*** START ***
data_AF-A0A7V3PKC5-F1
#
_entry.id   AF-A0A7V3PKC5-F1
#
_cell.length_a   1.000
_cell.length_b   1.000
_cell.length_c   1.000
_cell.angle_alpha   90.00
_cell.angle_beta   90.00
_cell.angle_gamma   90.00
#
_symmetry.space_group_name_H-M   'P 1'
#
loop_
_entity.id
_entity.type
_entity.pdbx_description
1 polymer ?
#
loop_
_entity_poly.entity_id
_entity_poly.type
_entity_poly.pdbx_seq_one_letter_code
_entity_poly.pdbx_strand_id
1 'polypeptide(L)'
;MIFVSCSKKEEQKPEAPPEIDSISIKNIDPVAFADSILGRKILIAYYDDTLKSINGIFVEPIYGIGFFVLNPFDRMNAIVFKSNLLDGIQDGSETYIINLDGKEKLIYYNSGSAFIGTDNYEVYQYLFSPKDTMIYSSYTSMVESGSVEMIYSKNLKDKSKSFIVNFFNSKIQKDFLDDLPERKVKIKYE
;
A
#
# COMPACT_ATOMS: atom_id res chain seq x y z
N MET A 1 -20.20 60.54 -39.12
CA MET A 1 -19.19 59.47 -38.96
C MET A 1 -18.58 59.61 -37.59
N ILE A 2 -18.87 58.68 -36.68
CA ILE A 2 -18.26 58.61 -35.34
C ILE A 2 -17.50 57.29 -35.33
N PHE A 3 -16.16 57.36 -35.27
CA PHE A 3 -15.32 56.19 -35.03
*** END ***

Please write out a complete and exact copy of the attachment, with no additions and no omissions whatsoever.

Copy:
data_AF-A0A7V3PKC5-F1
#
_entry.id   AF-A0A7V3PKC5-F1
#
_cell.length_a   1.000
_cell.length_b   1.000
_cell.length_c   1.000
_cell.angle_alpha   90.00
_cell.angle_beta   90.00
_cell.angle_gamma   90.00
#
_symmetry.space_group_name_H-M   'P 1'
#
loop_
_entity.id
_entity.type
_entity.pdbx_description
1 polymer ?
#
loop_
_entity_poly.entity_id
_entity_poly.type
_entity_poly.pdbx_seq_one_letter_code
_entity_poly.pdbx_strand_id
1 'polypeptide(L)'
;MIFVSCSKKEEQKPEAPPEIDSISIKNIDPVAFADSILGRKILIAYYDDTLKSINGIFVEPIYGIGFFVLNPFDRMNAIVFKSNLLDGIQDGSETYIINLDGKEKLIYYNSGSAFIGTDNYEVYQYLFSPKDTMIYSSYTSMVESGSVEMIYSKNLKDKSKSFIVNFFNSKIQKDFLDDLPERKVKIKYE
;
A
#
# COMPACT_ATOMS: atom_id res chain seq x y z
N MET A 1 -20.20 60.54 -39.12
CA MET A 1 -19.19 59.47 -38.96
C MET A 1 -18.58 59.61 -37.59
N ILE A 2 -18.87 58.68 -36.68
CA ILE A 2 -18.26 58.61 -35.34
C ILE A 2 -17.50 57.29 -35.33
N PHE A 3 -16.16 57.36 -35.27
CA PHE A 3 -15.32 56.19 -35.03